Regulatory Toxicology

'All substances are poisons; there is none which is not a poison. The right dose differentiates a poison'- Paracelsus

Anciently toxicology was known as the ‘Science of Poison,’ now a days it is defined as the study of the effect of chemicals on living organisms and their evaluation as whether these entities are harmful or not or estimating a safe range. For the establishment of safety margins from the adverse effects of chemicals, toxicology depends on a few factors like dosage, route of exposure, dosing regimen, fate of the chemical and their biotransformation. The safety level of chemical is picked by the execution of sets of step wise experiments. Toxicology plays a major part in the drug development process to determine the safe dose and drug response on an exposed organism. It includes four disciplines like biology, chemistry, pharmacology and lastly medicine with an intervention of information technology up to some extent.

In the current scenario toxicology studies are of vast importance in the field of Pharmaceuticals, Agrochemicals, Nutraceuticals and Ayurvedic Products.

Pharmaceutical Toxicology: Most important concern in the pharmaceutical industries are the side effects of their drug or medicine. It is one of the greatest causes of failure in the drug development process. Toxicologists conduct safety studies in accordance with the regulatory guidelines (ICH, OECD) to show regulators that a certain drug is safe to use for its intended indication. The pharmaceutical industry initially conducts efficacy studies before entering safety screening phase of their molecule or biomolecule. This process of screening of a potent test compound is recognized as part of early drug development which was initiated from drug discovery as below:

  • Synthetic chemist designs molecule with the help of computer modelling tools with the inputs of pharmacophores for the intended target.
  • In early screenings these molecules screened through knowledge-based computer models to predict the toxicity (toxophores) in these complex molecular structures.
  • In next step the toxicologist conducts in vitro assays to rule out the possible specific toxicities.
  • Toxicity of the molecule within the body can impact through metabolism also studied by few in vivo assays and can later help during drug candidate selection.
  • Candidate drugs are thoroughly assessed for their toxicity which usually involves animal studies. The studies include deep examination of organs, tissues, blood and urine collected from the exposed animals.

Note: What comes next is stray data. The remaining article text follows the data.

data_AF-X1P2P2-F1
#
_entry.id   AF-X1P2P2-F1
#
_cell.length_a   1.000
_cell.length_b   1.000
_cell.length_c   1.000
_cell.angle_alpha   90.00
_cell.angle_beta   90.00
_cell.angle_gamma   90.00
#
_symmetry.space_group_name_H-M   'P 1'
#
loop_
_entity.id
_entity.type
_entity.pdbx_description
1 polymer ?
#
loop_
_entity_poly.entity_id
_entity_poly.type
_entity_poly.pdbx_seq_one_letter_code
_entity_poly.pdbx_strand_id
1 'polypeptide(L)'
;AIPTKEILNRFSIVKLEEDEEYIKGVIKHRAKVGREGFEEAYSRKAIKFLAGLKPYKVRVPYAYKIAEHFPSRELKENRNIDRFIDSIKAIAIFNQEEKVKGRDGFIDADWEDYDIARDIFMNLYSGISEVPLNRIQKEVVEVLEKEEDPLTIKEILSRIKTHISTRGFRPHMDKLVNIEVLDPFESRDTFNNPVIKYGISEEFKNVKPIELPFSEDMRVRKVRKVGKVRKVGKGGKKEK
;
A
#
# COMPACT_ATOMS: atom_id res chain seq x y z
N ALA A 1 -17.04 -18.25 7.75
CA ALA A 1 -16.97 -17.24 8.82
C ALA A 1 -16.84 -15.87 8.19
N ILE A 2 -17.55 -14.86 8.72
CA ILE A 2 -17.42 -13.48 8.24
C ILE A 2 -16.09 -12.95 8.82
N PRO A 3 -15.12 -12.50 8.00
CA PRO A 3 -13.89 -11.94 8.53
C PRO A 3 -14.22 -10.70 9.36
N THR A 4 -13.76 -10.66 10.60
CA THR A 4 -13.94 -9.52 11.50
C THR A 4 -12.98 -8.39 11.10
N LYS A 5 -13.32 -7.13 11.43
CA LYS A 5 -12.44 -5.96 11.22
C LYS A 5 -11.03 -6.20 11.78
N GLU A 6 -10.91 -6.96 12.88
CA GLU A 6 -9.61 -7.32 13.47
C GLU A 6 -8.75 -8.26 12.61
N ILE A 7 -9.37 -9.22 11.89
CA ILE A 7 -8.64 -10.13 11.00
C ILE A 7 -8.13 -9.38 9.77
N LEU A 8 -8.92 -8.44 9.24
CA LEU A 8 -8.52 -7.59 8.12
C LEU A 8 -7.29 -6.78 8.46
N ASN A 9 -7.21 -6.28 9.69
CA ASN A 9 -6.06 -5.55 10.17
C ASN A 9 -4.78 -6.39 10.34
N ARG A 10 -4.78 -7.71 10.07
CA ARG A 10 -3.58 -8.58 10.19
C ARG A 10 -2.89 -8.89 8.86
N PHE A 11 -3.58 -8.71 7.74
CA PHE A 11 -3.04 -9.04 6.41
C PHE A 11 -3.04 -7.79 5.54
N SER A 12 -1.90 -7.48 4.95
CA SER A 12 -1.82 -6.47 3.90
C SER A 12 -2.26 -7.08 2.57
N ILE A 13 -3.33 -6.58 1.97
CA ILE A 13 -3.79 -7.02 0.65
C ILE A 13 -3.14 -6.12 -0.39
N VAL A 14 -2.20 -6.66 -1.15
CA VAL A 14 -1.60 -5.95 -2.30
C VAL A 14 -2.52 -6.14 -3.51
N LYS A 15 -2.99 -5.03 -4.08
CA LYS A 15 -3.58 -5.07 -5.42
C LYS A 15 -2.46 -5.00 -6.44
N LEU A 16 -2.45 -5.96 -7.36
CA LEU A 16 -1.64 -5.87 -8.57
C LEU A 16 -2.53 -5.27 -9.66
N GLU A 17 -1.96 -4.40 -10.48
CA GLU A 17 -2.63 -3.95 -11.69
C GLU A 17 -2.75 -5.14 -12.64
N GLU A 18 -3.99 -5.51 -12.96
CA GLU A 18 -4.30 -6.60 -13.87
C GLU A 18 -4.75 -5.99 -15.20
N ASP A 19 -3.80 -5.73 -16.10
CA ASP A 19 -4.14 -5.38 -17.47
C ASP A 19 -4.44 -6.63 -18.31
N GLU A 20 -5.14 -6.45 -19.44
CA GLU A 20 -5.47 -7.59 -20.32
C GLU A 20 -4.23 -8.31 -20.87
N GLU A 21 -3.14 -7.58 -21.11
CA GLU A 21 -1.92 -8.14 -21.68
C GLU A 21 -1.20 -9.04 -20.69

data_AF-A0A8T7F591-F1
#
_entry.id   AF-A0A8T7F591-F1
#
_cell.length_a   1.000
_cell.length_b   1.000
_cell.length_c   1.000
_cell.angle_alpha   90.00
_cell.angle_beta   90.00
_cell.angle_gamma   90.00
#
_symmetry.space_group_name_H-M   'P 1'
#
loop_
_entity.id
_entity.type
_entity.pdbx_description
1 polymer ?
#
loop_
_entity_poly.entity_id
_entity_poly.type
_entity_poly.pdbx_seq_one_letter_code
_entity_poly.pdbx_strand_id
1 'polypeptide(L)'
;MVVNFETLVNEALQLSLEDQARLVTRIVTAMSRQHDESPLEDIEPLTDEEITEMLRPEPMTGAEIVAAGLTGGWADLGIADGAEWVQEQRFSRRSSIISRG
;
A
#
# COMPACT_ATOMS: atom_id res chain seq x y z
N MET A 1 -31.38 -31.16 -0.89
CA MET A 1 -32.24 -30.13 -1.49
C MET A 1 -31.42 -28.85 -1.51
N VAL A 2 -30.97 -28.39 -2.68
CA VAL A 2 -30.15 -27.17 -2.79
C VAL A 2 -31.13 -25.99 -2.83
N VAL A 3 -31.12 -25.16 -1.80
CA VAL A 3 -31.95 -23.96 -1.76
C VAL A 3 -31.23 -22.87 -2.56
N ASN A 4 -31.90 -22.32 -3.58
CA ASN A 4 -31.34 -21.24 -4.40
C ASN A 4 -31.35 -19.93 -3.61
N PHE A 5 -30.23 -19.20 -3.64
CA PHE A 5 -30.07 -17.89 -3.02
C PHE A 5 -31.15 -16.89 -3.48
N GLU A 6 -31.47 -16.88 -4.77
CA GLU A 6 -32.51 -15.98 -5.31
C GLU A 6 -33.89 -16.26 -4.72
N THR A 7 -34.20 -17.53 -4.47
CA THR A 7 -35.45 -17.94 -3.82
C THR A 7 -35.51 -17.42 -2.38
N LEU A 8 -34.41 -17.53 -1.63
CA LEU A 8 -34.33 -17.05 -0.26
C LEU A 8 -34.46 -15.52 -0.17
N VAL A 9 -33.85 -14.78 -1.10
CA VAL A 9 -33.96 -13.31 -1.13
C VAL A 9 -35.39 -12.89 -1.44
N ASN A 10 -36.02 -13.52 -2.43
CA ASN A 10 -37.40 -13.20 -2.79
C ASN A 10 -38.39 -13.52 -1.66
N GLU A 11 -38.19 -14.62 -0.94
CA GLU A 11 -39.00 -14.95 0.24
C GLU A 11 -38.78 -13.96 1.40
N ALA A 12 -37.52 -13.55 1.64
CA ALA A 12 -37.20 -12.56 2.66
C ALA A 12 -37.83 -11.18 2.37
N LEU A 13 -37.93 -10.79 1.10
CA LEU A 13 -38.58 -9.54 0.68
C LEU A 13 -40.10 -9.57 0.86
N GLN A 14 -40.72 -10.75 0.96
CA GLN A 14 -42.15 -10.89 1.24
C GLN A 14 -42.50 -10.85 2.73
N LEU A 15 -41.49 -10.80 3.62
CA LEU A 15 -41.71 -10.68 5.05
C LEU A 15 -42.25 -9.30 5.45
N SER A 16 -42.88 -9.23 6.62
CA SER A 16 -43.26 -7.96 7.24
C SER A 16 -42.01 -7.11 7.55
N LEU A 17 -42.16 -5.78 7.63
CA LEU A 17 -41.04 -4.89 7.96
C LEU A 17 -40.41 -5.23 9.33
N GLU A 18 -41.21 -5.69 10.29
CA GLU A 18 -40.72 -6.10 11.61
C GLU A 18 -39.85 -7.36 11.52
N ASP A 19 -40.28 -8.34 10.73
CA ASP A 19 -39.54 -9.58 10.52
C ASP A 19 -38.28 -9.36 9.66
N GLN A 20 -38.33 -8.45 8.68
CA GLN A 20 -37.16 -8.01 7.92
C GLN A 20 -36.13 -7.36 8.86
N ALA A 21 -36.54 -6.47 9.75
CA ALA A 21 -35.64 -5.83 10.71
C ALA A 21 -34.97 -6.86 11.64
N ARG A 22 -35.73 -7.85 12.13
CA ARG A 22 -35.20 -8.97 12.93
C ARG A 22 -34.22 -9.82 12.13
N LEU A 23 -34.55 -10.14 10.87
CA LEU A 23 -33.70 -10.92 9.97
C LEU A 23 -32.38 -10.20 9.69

• Assess specific type of toxicity, specially designed toxicity studies required such as cancer and reproduction toxicity studies. Further investigation by sophisticated studies is performed with more parameters required to establish safety of their candidate drug.
  • Pharma companies demonstrate safety of the drug through toxicity studies data to regulatory authorities for approval of their drug/chemical entity to be used in humans.

Agrochemicals: As the name suggests chemicals used in agriculture commonly include pesticides (insecticides, herbicides, fungicides, nematicides), synthetic fertilizers, natural (manure), hormones, growth enhancers. Over a period, when used for a long time these agrochemicals become pollutants to our ecosystem. Establishment of their safety and risk assessment is equally important as any pharmaceutical drug. In the case of agrochemicals, it is known as ecological risk assessment (ERA). It works first for the protection of ecosystem and second registration of agrochemicals or regulatory purposes (CIBRC).

  • These agrochemicals enter in the organism systemically by oral route, inhalation or by skin absorption.
  • The first step is toxicity assessment, to ensure that chemical is toxic or not. Likewise, pharma drugs there is a need of shot and long-term bioassays to determine the toxicity levels of agrochemicals.
  • Toxicokinetic and toxicodynamic studies are also important to determine the mode of action (MOA) and understand the toxic effect.
  • The toxicity thresholds LD50 (oral) or LC50 (inhalation or contact) can be determined. Traditional medicines are again gaining popularity in medication because these formulations have fewer or no side effects. In present conditions regarding healthcare products and therapeutics, safety establishment is necessary before use or starting the line of treatment.

Ayurvedic Products: In India, general guidelines for safety/toxicity evaluation of ayurvedic formulations issued by Central Council for Research in Ayurvedic Sciences (CCRS), Ministry of AYUSH, Govt, of India, New Delhi for drug development in the field of ayurveda popular as ‘AYUSH’ (Ayurveda, Yoga and Naturopathy, Unani, Siddha and Homeopathy).

  • CCRAS have developed three comprehensive and short Guidelines focusing on drug development (Standardization and quality assurance), safety/toxicity and clinical evaluation for ready reference of investors.
  • These guidelines are necessary to practice who (researchers) are working in the field of AYUSH system.
  • Pre-clinical evaluations of toxicity should be performed on animals according to the guidelines suggested by AYUSH.

To conclude, toxicity is an inevitable part of drug development without safety assessment no molecule or drug will step up from pre-clinical to clinical level of therapeutic expansions. We, at Dabur Research Foundation (DRF), have the expertise to undertake the toxicity studies for Pharmaceuticals, Nutraceuticals, Agrochemicals, and Traditional Medicine fields for regulatory submissions.